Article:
A few weeks ago, the Central Bank of Sri Lanka decided to reverse its monetary policy stance that it had been implementing over the past one and half years; instead of “loosening” monetary policy, now it is one of “tightening”. Reuters reported that “Sri Lanka becomes the first in Asia” to do so. However, some [...]

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Bitter policy dose after vaccines


A market in Sri Lanka where vegetable prices have risen.

A few weeks ago, the Central Bank of Sri Lanka decided to reverse its monetary policy stance that it had been implementing over the past one and half years; instead of “loosening” monetary policy, now it is one of “tightening”. Reuters reported that “Sri Lanka becomes the first in Asia” to do so. However, some of the countries including South Korea, Singapore, Iceland, Mexico and Brazil have already moved in this direction so that it doesn’t look like an exclusive policy decision by Sri Lanka only. In the coming months we would be able to see this reversing trend globally.

Even the Federal Reserve Bank of the US signaled that it is likely to begin tapering its current loose monetary policy before the end of the year. Although the EU is not yet ready for a “premature” monetary policy tightening, it doesn’t appear to be a unanimous decision by all its member states, while it continues as a source of debate. Whatever the decisions of the European Central Bank may be, the EU will have to respond to the changing monetary policy stance of the US, if it is likely to begin the monetary policy tapering towards the end of the year.

Tightening monetary policy

What is going on? And what are the implications for us? Before we try to find answers to these questions, let me elaborate on the decisions made by the Central Bank: With an effective date starting from September 1, the Central Bank raised its policy rates by 50 basis points and the Statutory Reserve Ratio (SRR) by 2 percentage points. As an important monetary policy tool at hand, the policy rates are the Standing Deposit Facility Rate (SDFR) which increased from 4.5 to 5 percent and the Standing Lending Facility Rate (SLFR) from 5.5 to 6 percent; in some other countries these two policy rates are referred to as repo and reverse repo rates. At the SDFR or repo rate, the central banks can accept excess liquidity of the commercial banks as short-term deposits, while at SLFR or the reverse repo rate central banks can lend short-term liquidity to them whenever they have cash shortages.

Along with policy rates, the Bank Rate (which is also called in some other countries as Discount Rate) at which the commercial banks can have access to Central Bank’s short-term collateralized loans as the last resort; as per tightened monetary policy, this rate also went up from 8.5 percent to 9 percent. In addition, the SRR which remained so far as 2 percent was doubled to 4 percent; this is a deposit liability that the Central Bank imposed on current accounts and savings accounts of the commercial banks so that they are required to deposit that proportion of cash with the Central Bank.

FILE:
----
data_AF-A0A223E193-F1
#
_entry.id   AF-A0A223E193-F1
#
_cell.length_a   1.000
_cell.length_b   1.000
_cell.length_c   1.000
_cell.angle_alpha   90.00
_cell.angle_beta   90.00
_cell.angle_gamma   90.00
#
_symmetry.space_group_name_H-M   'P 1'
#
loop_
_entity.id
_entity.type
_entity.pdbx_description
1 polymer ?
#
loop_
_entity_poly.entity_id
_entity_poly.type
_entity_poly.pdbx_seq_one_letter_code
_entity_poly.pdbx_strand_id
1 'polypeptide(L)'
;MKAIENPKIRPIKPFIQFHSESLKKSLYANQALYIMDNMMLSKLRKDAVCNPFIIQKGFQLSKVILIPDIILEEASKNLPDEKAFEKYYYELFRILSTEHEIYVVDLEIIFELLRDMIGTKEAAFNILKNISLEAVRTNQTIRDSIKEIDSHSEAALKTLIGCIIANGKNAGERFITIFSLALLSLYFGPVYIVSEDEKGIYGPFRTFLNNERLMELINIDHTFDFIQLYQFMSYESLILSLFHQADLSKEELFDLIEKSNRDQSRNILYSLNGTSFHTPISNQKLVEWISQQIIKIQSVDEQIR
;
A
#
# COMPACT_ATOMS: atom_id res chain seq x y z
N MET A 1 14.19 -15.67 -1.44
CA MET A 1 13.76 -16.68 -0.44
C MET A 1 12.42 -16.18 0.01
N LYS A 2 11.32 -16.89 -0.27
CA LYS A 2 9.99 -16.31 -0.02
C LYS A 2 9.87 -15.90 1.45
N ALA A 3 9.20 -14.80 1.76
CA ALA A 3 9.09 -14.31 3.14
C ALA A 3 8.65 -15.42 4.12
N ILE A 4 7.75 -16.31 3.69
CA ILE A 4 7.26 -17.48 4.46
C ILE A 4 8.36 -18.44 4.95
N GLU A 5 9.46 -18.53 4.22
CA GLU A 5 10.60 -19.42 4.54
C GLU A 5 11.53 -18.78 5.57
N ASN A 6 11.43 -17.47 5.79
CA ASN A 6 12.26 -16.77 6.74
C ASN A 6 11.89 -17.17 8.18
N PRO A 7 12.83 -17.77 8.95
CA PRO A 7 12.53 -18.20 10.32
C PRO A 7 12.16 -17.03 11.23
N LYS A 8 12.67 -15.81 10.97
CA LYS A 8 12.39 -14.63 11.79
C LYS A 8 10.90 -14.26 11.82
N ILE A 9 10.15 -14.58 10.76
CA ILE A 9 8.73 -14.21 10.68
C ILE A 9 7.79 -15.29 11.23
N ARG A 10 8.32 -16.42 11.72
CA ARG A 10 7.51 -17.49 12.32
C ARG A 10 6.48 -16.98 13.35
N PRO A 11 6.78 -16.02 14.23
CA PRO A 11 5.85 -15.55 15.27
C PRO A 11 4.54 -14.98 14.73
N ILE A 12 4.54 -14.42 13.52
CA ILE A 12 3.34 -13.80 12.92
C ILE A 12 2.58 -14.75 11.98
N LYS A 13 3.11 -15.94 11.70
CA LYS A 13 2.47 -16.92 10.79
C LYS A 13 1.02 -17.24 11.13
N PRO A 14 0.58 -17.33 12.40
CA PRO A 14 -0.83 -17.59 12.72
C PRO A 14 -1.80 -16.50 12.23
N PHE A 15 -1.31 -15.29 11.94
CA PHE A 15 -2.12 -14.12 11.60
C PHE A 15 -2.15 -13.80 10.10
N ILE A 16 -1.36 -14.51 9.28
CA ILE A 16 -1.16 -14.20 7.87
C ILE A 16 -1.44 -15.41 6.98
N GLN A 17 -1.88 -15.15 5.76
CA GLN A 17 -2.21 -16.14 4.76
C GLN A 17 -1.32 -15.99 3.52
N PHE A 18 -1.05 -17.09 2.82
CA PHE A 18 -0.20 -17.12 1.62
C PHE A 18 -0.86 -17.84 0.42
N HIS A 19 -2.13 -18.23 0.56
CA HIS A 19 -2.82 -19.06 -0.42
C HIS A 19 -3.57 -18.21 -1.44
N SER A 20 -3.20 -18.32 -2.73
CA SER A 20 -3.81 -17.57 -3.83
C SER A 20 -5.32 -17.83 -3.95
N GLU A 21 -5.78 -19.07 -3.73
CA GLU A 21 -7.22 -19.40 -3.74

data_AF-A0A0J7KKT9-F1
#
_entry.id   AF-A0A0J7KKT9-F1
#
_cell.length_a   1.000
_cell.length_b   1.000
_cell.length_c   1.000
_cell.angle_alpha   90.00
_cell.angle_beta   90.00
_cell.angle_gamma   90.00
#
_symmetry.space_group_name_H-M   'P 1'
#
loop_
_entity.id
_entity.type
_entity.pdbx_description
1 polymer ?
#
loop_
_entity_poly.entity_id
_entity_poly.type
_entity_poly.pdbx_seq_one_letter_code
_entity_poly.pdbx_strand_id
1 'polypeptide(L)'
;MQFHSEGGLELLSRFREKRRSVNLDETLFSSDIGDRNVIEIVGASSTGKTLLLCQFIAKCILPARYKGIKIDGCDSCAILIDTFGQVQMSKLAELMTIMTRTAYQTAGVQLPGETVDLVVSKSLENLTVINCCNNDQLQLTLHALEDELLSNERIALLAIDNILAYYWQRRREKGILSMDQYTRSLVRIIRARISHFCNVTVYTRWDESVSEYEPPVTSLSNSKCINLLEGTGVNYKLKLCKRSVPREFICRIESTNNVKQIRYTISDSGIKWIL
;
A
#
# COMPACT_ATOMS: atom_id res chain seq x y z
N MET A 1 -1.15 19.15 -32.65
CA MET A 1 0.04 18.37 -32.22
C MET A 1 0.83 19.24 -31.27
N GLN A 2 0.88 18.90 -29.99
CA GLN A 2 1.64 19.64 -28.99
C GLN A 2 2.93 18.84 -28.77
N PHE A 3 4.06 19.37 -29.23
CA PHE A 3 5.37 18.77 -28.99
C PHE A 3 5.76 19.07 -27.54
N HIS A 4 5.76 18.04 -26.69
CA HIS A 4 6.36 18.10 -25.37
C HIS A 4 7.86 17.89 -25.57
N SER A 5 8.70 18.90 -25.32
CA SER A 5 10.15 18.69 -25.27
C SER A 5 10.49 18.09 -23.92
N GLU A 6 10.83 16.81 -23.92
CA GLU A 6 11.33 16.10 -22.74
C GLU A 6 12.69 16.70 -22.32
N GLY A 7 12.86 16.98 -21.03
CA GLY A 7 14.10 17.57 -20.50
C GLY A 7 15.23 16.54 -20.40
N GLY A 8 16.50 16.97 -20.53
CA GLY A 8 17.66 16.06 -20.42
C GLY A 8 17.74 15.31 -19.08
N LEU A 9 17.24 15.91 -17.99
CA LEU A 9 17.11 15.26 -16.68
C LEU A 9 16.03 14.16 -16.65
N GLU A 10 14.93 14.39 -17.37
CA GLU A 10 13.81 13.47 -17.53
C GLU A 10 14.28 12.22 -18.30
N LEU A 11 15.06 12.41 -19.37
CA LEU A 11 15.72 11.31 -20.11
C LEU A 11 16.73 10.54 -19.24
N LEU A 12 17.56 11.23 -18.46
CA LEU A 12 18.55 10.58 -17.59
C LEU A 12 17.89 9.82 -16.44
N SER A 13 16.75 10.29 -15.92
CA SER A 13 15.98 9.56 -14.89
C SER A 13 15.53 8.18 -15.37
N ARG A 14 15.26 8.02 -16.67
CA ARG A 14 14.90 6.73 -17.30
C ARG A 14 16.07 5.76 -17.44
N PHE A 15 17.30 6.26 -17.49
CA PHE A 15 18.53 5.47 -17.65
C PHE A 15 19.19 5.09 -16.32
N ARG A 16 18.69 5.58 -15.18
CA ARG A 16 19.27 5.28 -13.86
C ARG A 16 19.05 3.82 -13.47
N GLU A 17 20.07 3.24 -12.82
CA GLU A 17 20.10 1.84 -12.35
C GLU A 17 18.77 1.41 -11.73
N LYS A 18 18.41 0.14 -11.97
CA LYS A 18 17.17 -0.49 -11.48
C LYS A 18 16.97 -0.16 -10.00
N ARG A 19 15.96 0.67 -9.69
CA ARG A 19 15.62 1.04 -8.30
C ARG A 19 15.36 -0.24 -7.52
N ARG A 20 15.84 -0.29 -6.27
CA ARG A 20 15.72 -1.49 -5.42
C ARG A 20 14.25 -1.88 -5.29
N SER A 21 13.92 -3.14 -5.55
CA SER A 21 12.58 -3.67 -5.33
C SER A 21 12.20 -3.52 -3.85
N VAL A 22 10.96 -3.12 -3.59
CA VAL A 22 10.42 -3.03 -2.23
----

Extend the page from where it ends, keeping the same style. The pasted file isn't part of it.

What does these monetary policy decisions mean as their policy objectives? Their effects are expected to channel to the economy in the form of constraining bank credits and raising the interest rates, if the channeling path works smoothly. Although it is too early to see the effects on bank credit expansion, we have already seen the rising interest rates in the banking system. The question is, why do we need it right now?

Vaccination and inflation

Let me turn to the global economy first. With the accelerated COVID-19 vaccine campaign in the world, the signs of a global economic recovery are already emerging. It is the biggest world vaccination campaign in the history; more than 5.5 billion doses have been already administered across the world, as reported by Bloomberg a few days ago. The vaccination rate was moving around 37 million doses a day; at this rate, in another five months’ time, 75 percent of the world population would have been vaccinated – that may be the whole adult population in the world.

It is the high-income countries which have been fast-moving in the vaccination programme while most of these countries have already vaccinated about 50 – 70 percent of their population with two doses. Many developing countries are behind them, but some of them including Sri Lanka have already vaccinated over 40 percent of population with a double dose.